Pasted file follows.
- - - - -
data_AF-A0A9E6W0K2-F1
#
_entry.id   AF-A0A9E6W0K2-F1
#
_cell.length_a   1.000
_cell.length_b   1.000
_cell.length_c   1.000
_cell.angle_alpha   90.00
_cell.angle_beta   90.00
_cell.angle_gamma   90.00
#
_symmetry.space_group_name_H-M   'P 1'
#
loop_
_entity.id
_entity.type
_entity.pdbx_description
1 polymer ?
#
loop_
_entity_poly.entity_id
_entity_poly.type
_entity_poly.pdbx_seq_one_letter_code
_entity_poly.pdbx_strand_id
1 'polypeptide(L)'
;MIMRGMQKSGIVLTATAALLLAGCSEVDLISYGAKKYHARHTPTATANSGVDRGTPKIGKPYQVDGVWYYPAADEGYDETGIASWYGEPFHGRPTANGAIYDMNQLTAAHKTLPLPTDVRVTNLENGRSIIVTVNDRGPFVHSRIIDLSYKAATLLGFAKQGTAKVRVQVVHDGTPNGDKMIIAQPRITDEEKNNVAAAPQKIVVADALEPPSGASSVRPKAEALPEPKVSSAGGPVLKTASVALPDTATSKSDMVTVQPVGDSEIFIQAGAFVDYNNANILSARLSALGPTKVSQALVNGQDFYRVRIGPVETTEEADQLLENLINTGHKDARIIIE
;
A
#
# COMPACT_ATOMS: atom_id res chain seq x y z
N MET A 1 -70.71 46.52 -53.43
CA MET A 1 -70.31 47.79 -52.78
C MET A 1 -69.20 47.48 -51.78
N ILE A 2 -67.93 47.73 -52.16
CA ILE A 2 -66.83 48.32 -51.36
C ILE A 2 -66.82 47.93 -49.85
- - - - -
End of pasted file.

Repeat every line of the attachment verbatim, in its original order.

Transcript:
data_AF-A0A9E6W0K2-F1
#
_entry.id   AF-A0A9E6W0K2-F1
#
_cell.length_a   1.000
_cell.length_b   1.000
_cell.length_c   1.000
_cell.angle_alpha   90.00
_cell.angle_beta   90.00
_cell.angle_gamma   90.00
#
_symmetry.space_group_name_H-M   'P 1'
#
loop_
_entity.id
_entity.type
_entity.pdbx_description
1 polymer ?
#
loop_
_entity_poly.entity_id
_entity_poly.type
_entity_poly.pdbx_seq_one_letter_code
_entity_poly.pdbx_strand_id
1 'polypeptide(L)'
;MIMRGMQKSGIVLTATAALLLAGCSEVDLISYGAKKYHARHTPTATANSGVDRGTPKIGKPYQVDGVWYYPAADEGYDETGIASWYGEPFHGRPTANGAIYDMNQLTAAHKTLPLPTDVRVTNLENGRSIIVTVNDRGPFVHSRIIDLSYKAATLLGFAKQGTAKVRVQVVHDGTPNGDKMIIAQPRITDEEKNNVAAAPQKIVVADALEPPSGASSVRPKAEALPEPKVSSAGGPVLKTASVALPDTATSKSDMVTVQPVGDSEIFIQAGAFVDYNNANILSARLSALGPTKVSQALVNGQDFYRVRIGPVETTEEADQLLENLINTGHKDARIIIE
;
A
#
# COMPACT_ATOMS: atom_id res chain seq x y z
N MET A 1 -70.71 46.52 -53.43
CA MET A 1 -70.31 47.79 -52.78
C MET A 1 -69.20 47.48 -51.78
N ILE A 2 -67.93 47.73 -52.16
CA ILE A 2 -66.83 48.32 -51.36
C ILE A 2 -66.82 47.93 -49.85